[1. 2. 2. 2]

Quantitative Assessments. A quantitative rating, such as the Overall Personal Ratings on the DFS, are best seen as declarations. Declarations are sociopolitical acts in that someone's reputation is implicated: the ratee as well as the rater. Both psychodynamic and ethnodynamic fields are involved in their execution. For example, student evaluations of courses is official information used in decisions on faculty promotions, pay raise applications, and teaching awards. Thus, the instructor's reputation is implicated in the declarations students make in course evaluations. As well, the student's reputation is implicated as evidenced by the administrative rules surrounding the context of presentation of students' declarations on the course (evaluations): the instructor is to be out of class when the declaration in writing is made by the students; the declarations are to be anonymously given; and the instructor may not see the declarations (results of survey evaluations on course) until after grades are handed in to administration officials [based on covering letter of instructions to course instructors, Office of Academic Evaluations, University of Hawaii, December 1977]. The situation may be depicted relative to the communication diagram discussed in the previous Section [1. 2. 2. 1]:

This figure depicts the conditional rules for the sociopolitical act of quantitative assessments within the context of end-of- semester, anonymous, student course-evaluations. These are called anonymous summative evaluations (or reports) in the educational testing field, versus the DFS used in this course, which would be referred to as formative tests (or reports). (This distinction was made by the Director of the Academic Evaluation Office in a telephone conversation with the instructor of Psychology 222.) A further characterization is to be added since the DFS, in Fall 1977, was only partially anonymous given that the instructor was known by all to have a master list of the Secret I. D. Numbers. A contrast between totally anonymous summative comments (non-quantitative assessment) and partially anonymous summative comments is given in the case report in Section [1.2.4].

Note how sociopolitical acts (like official declarations) have rules associated with them; these rules are enforced by the ethnodynamic forces operative in the situation. Thus, the student course evaluation is a class activity occasioned by setting rules. Setting rules are visible in the observable sequence of acts carried out by the participants, as well as in the visible consequences of opposing, counteracting, or violating the rules. Thus, the figure on the preceding page depicts fl, f2, and f3 as blocked by the conditional rules of the activity in question. As you can see in the figure, F4 and F5 are the new channels of available communication. "F4" justifies institutional sanctions and rewards, while "F5" justifies faculty rights.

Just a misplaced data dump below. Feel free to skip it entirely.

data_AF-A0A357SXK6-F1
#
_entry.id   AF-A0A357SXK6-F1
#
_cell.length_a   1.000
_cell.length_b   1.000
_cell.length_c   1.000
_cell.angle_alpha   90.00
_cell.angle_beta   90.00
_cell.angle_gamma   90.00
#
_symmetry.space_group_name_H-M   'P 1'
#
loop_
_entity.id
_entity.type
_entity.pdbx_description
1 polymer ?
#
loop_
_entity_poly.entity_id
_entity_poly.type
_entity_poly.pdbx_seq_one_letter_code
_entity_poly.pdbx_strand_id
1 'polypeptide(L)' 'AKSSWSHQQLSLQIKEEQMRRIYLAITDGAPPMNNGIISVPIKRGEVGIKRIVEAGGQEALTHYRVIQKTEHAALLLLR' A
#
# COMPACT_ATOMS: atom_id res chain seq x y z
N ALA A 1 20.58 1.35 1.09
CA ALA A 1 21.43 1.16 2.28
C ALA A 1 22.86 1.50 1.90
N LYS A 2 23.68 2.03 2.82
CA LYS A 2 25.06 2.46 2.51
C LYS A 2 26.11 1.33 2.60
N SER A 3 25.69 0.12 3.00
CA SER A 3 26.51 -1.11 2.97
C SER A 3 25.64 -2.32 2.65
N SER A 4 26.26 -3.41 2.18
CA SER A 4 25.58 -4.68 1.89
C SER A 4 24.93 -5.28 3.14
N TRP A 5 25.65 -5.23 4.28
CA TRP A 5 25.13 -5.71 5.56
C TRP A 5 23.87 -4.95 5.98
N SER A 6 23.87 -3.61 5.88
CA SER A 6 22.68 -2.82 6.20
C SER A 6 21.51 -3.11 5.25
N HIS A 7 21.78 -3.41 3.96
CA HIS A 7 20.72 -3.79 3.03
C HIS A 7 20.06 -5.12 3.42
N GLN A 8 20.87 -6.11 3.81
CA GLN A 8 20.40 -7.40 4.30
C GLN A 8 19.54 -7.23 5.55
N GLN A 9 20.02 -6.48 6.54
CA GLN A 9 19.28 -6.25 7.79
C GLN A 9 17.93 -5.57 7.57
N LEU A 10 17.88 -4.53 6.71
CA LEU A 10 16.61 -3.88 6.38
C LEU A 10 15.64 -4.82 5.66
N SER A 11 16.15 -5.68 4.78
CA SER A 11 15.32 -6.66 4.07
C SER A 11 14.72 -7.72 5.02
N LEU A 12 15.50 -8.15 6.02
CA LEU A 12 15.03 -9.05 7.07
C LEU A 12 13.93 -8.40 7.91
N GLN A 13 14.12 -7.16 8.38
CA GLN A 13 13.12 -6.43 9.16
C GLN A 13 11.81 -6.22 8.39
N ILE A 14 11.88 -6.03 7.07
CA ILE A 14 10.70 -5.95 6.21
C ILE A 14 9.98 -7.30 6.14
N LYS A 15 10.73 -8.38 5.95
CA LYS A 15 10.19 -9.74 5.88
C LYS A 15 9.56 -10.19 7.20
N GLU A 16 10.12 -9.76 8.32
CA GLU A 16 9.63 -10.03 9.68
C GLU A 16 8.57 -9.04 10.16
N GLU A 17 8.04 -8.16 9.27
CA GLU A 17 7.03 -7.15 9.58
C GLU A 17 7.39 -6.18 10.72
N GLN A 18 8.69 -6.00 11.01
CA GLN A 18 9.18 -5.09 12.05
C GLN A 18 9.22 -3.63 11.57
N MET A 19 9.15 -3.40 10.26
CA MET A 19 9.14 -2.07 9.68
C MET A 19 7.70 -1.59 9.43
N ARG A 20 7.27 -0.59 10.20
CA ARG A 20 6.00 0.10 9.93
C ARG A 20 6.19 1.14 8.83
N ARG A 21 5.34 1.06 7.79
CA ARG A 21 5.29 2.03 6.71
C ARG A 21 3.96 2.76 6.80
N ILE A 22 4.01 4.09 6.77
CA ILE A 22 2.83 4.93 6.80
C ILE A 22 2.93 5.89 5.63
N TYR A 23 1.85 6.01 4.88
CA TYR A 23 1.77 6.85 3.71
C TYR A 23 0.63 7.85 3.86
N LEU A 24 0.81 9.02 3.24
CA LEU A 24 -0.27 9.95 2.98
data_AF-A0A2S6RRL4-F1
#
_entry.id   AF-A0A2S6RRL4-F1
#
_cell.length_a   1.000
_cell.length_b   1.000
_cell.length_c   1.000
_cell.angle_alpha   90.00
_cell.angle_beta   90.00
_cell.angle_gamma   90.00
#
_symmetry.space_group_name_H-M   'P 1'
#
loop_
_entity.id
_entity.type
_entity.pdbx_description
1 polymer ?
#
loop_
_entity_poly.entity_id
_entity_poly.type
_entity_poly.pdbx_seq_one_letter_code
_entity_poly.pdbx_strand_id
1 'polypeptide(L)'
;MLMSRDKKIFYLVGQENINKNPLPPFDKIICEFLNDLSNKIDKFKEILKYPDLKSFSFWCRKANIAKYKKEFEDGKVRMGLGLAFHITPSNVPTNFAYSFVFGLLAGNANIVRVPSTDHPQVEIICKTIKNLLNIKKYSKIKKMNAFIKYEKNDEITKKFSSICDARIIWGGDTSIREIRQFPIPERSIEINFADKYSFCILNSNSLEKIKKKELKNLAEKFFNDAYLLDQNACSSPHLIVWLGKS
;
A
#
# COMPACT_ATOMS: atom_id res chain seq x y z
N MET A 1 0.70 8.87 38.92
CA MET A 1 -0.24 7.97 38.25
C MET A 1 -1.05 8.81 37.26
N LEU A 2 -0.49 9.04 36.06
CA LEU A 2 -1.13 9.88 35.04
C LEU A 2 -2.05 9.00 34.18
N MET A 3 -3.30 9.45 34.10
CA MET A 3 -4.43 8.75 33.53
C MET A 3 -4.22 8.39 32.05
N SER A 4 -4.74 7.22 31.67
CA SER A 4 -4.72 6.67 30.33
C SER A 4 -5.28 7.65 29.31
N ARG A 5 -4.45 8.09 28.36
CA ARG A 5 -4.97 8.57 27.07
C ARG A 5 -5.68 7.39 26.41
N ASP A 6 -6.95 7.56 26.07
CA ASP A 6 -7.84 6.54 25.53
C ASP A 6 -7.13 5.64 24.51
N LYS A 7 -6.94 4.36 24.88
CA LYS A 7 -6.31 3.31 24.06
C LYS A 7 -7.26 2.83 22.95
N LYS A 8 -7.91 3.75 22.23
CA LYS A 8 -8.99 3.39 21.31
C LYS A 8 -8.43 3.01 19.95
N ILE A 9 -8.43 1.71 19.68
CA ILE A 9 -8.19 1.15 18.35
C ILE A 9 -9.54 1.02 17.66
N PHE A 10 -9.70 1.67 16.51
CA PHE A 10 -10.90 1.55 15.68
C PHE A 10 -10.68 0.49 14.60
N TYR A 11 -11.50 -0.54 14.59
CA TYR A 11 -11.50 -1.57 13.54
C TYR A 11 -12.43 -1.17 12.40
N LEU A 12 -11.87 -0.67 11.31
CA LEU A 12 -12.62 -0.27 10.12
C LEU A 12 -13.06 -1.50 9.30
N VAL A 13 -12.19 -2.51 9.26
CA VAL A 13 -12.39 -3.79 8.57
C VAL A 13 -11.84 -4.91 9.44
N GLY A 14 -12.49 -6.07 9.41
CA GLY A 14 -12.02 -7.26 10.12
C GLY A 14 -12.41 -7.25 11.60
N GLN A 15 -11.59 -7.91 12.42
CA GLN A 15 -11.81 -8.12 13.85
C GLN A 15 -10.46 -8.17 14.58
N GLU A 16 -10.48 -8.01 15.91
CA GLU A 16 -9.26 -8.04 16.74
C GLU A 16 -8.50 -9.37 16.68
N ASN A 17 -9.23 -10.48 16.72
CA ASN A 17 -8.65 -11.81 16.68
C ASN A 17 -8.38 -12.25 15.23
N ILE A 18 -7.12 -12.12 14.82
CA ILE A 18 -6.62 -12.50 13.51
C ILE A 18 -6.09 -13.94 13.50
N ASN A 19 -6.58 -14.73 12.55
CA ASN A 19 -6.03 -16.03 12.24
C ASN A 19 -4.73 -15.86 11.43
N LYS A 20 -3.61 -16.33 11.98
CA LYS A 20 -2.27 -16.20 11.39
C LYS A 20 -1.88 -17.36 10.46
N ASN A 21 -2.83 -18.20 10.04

Thus far, we have been discussing external frame control in quantitative evaluative assessments. Now let us consider internal frame control. The contrast is depicted in the following figure:

This figure shows that institutional practices (rules, precedents, procedures) encompass, frame, or occasion activities of the participants. Here, students, administration officials, and the instructor are the participants whose activities are regulated by contemporary academic practices (e.g. Student Course Evaluations).

Let us now discuss a case involving internal frame control of the quantitative assessments given in the DFS, Fall 1977. This case will reveal certain generally interesting ethnodynamic properties of quantitative assessments of naturally occurring events on the daily round.


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